The agency files the action it thinks is appropriate regarding rate increases and other issues, then outside parties such as Wal-Mart, AARP and others choose whether to sign on.
“It’s still important, and I can’t emphasis it enough, that people come to the night hearing (tonight in Columbia) because some people won’t like the agreement because they want no increase at all,” Scott said.
Testimony in the other public hearings included comments from people who said their ability to buy food and medicine would be negatively impacted by the initial SCE&G proposal. Industry officials testified also – one company noting that it does business both with SCE&G and in the Upstate with Charlotte-based Duke Power Co., but that Duke’s rates are 40 percent lower than SCE&G’s.
“The company, I assume, goes through a process of ‘Do I roll the dice and go before the commission without an agreement? And sometimes you come to the conclusion that it’s better to get a settlement, and certainly not have as adversarial a proceeding before commission, which may give some comfort that you have the support of (the opposing parties).”
Scott applauded AARP’s efforts and those of Frank Knapp, who intervened in the rate case as a private citizen. Knapp, who also is president and CEO of the S.C. Small Business Chamber of Commerce, mobilized and spearheaded media releases against the rate increase and called SCE&G out for including in its rate increase several improper expenditures such as for liquor and high-end restaurant bills.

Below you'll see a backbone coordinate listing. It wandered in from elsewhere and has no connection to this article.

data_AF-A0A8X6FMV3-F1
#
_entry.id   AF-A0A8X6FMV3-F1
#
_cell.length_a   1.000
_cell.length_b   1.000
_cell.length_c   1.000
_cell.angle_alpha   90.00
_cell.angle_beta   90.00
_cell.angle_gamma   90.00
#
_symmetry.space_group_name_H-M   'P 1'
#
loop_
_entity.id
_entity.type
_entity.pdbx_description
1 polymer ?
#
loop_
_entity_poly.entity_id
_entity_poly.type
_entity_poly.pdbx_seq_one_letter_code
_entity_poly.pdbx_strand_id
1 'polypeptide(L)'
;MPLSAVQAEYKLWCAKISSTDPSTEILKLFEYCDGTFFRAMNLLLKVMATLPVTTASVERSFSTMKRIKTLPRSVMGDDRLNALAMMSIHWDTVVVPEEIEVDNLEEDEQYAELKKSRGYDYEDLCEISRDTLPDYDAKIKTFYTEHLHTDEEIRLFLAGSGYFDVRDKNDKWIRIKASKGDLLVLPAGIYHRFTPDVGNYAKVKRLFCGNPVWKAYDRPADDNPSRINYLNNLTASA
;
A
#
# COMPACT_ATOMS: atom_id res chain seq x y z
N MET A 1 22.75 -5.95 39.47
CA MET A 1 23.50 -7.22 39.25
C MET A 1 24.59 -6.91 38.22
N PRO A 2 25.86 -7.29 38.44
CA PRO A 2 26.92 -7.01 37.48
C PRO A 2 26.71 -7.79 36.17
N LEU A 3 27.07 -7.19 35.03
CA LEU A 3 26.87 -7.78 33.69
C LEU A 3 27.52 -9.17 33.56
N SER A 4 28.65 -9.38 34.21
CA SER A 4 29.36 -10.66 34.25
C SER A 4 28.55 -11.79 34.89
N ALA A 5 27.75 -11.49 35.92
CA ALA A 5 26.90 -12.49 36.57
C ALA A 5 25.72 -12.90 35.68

SCE&G subsequently agreed improper expenditures had been included in the rate hike request but also stood by the costs it said it incurred meeting federal reliability and regulatory compliance mandates, such as installing air scrubbers at its plants to meet federal emission standards.
Like Scott, of the Office of Regulatory Staff, Knapp also criticized SCE&G for asking too high a return on equity in the request, initially set at 10.95 percent. In the later agreement, the cost to attract investment capital was lowered to 10.25 percent.
“I think it’s very clear it’s all the negative publicity they’re getting,” that caused SCE&G to compromise, said Knapp. “From my experience, I know that that’s what moves them. I think the company doesn’t like negative publicity, so it’s how much negativity are they willing to put up with?”